The significance of nationalism in a national liberation moment have always been a decisive factor and it would be naïve not to recognize it. It will not only boost the morale of the movement but also to hold us together as nation and protect our identity. 

 Identity and Resistance 

As for a Tibetan either in occupied Tibet or in exile, our identity is getting more relevant because the strength of the freedom struggle so much depends on the endurance of our identity and its expression. As a nation, identity is not only about how we feel about ourselves but also how we portray ourselves to other people and their perceptions about us. The narrative of identity is a vital area and who controls it will have a major impact on the future of the people. The question is where we stand when it comes to the larger narratives of identity.

Recently my friend had dreamt that he sneaked secretly into Tibet and found himself hiding in his home too terrified to step outside. The Chinese rule of intimidation in Tibet has some effects on Tibetan psyche. My friend was born to parents who had gone through the worst of Chinese occupation in Tibet and the fears looming over their daily life seem to have internalized over the years. Besides that, a systematic propaganda and the education of indoctrination are attempts made by Beijing to make Tibetans believe that they are less than the supposedly superior Chinese. The idea of ‘less than’ is not merely a matter of quantity but also quality –that the Tibetans are backward, incompetent, lazy, dirty and of course very often ungrateful to the Chinese saviors who have ‘liberated’ them. The idea is to make Tibetans ashamed of their culture and identity and readily mimic the Chinese. 

At time when our people are scattered all over the world and those in Tibet are denied the basic rights to assert their identity as a distinct nation, we need to have a more concrete and far sighted means to keep our identity and struggle alive. Here again, the promotion of patriotic nationalism is necessary step to inject a sense of pride and responsibility to tide over our present political and social crisis. It is not aimed to generate hatred and vengeance against our adversary but to give our people a sense unity and purpose. It is to ensure that despite being a colonial subject in our own land or refugees in different parts of the world, we should never reduce ourselves as ‘cheap people’ whom others can look down on and laugh at.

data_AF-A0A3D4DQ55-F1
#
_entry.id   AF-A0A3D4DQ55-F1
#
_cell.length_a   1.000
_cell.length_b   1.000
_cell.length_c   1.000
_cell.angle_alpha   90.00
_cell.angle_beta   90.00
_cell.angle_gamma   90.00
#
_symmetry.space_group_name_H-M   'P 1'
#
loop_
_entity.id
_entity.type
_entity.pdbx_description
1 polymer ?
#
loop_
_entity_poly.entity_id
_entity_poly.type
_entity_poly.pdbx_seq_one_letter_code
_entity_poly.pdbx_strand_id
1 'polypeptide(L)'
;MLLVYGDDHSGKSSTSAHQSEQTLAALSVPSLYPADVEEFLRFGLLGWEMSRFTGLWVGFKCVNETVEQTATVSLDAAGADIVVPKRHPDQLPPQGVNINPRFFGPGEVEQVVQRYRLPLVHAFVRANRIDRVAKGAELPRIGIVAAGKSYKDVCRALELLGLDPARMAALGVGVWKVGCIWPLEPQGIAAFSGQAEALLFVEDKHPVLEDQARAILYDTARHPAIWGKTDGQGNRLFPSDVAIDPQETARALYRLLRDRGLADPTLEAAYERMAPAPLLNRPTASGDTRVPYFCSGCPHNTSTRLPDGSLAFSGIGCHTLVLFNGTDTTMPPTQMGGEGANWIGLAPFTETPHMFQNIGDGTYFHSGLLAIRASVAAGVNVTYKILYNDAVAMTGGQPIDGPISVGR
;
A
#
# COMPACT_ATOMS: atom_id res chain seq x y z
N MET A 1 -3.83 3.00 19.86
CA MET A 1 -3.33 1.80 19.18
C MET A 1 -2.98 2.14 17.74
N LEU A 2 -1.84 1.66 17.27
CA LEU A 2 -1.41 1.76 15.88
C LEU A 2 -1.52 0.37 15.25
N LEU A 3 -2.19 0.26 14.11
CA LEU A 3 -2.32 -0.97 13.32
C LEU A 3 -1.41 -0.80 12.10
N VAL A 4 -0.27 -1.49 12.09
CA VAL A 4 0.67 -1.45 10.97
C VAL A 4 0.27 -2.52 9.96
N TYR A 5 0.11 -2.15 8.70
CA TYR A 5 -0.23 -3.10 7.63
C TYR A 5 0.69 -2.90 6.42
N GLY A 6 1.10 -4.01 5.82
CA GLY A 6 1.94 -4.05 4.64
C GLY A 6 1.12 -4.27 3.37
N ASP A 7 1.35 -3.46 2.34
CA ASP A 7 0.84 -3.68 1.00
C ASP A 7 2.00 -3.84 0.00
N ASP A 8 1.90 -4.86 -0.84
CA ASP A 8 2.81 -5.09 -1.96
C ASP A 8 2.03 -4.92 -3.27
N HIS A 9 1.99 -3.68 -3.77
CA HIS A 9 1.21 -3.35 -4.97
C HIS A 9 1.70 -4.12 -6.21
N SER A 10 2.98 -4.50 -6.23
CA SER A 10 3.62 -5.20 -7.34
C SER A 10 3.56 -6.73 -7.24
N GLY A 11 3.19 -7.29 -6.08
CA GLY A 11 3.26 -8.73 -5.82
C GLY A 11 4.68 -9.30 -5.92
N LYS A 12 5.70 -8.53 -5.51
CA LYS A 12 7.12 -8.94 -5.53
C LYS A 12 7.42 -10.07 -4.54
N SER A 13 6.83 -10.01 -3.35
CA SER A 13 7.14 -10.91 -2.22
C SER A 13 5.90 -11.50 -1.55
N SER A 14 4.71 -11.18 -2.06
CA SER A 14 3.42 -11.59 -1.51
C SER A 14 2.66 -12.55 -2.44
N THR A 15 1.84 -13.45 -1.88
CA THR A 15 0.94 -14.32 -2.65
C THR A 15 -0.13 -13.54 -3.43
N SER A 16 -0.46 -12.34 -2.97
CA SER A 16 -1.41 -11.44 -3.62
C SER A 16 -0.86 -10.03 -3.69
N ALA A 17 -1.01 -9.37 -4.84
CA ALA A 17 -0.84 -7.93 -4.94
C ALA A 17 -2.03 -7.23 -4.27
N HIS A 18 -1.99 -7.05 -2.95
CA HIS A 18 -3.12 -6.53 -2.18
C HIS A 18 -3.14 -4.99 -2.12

Nationalism has the power to engender among people a sense of place of their own from where they will not step down, it is holding on to our ground even if it is imaginary and walk the high way. It’s about holding on to our culture and remain rooted where we come from.  


On this sixtieth anniversary of Tibetan National Uprising day, can we promise to land and people that we will always be Tibetan first and put Tibet above everything; narrow regionalism and dirty sectarianism. During these six decades of national humiliation, we have learnt the hard way that the fire of Chinese colonialism engulfed our land because we were divided and we can never extinguish this evil fire as long as we don’t have a strong national solidary. Therefore, nationalism is the linchpin to forge a united front to resist Chinese colonial rule and restore our freedom. 

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Palden Sonam

Palden Sonam is fellow at the China Research Programme, Institute of Peace and Conflict Studies, New Delhi

One thought on “60 Years of National Humiliation

  • March 9, 2019 at 6:04 pm

    This is the 60th year of national uprising and NOT national humiliation. We were bullied by a powerful nation and yet, thanks to the able leadership of HH the Dalai Lama, we continue to survive and keep the Tibetan spirit alive. I see resilience, not humiliation.